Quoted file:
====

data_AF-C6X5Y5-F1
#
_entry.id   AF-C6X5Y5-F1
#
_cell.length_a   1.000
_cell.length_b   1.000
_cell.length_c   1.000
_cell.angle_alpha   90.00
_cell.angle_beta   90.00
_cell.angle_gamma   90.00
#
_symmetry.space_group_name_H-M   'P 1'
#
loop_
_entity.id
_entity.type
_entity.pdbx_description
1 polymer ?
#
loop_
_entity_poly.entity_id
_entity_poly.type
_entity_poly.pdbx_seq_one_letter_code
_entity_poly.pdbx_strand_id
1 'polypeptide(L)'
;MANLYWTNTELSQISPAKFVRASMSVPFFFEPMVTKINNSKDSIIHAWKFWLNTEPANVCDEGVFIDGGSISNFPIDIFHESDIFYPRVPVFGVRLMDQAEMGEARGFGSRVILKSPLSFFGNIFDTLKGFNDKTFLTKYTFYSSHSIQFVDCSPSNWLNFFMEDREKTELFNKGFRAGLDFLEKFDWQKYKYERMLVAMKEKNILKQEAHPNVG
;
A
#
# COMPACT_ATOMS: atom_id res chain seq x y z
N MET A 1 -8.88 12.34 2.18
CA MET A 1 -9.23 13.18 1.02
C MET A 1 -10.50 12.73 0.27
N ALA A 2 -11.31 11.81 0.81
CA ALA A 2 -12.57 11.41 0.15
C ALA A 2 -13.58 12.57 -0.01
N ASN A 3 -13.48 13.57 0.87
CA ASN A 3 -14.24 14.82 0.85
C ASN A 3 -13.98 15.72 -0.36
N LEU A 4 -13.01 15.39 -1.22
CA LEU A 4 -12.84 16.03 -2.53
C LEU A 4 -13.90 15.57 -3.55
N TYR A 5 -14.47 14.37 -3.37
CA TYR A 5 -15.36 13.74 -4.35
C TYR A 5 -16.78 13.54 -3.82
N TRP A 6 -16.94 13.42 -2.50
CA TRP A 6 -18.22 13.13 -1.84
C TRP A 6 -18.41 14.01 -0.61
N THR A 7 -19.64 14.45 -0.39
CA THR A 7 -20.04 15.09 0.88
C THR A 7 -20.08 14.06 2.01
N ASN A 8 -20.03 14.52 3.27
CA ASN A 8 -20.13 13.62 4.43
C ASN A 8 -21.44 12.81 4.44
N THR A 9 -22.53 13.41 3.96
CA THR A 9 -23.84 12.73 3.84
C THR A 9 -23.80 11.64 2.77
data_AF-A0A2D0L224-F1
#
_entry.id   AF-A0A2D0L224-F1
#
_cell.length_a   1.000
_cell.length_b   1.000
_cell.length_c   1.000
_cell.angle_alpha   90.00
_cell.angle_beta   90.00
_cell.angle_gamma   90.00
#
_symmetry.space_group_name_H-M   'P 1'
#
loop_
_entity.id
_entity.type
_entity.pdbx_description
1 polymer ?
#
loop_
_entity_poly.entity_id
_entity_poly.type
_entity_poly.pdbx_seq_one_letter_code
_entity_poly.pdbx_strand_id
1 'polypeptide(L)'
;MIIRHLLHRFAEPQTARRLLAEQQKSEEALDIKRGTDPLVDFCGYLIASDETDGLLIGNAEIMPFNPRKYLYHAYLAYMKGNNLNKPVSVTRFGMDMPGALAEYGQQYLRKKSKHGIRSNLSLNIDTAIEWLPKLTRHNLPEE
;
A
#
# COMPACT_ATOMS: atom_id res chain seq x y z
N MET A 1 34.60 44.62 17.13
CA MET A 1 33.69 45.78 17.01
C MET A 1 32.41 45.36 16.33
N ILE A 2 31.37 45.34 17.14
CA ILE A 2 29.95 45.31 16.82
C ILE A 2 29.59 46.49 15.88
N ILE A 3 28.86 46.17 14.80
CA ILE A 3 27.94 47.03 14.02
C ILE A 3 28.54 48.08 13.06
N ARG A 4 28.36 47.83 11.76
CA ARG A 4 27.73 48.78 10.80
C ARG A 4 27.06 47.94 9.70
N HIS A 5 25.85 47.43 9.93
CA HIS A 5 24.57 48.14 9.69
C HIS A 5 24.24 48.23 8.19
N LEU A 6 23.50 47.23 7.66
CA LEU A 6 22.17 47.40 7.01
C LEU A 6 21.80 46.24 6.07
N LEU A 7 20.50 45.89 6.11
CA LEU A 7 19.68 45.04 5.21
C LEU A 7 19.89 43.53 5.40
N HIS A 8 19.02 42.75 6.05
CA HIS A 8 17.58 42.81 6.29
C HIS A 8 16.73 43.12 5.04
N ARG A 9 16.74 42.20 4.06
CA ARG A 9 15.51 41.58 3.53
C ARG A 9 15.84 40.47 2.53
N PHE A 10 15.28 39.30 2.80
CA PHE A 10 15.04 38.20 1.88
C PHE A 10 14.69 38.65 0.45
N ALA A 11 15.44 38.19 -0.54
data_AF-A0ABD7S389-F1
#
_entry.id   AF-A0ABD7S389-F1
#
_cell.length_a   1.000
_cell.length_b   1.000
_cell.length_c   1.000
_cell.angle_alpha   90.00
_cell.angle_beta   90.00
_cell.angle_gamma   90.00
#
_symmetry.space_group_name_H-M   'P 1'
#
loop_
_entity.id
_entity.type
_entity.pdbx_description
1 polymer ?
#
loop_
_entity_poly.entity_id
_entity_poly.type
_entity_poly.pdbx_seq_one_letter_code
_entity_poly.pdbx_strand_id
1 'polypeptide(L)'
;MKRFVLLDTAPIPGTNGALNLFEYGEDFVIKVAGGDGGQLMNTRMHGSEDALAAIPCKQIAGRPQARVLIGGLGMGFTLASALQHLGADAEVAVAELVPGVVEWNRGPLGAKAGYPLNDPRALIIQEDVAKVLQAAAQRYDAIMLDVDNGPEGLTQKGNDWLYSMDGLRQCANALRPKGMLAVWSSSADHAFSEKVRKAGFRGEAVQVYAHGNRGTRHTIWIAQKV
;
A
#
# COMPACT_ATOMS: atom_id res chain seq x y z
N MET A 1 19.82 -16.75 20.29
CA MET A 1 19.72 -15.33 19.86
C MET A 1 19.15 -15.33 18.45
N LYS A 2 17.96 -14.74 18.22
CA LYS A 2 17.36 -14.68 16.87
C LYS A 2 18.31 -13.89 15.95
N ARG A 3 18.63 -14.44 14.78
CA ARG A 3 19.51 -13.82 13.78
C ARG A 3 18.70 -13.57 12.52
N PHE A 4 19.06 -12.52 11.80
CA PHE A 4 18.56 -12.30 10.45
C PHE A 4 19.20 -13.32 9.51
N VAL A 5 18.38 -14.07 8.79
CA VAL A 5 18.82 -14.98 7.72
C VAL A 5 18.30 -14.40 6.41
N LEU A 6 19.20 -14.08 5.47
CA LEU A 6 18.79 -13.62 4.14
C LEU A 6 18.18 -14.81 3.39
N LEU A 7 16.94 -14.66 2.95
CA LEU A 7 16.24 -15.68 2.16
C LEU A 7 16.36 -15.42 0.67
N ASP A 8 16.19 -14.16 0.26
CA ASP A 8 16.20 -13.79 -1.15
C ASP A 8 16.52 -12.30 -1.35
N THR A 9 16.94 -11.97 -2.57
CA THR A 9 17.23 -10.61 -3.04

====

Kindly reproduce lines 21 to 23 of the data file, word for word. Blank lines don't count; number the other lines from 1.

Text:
_entity_poly.entity_id
_entity_poly.type
_entity_poly.pdbx_seq_one_letter_code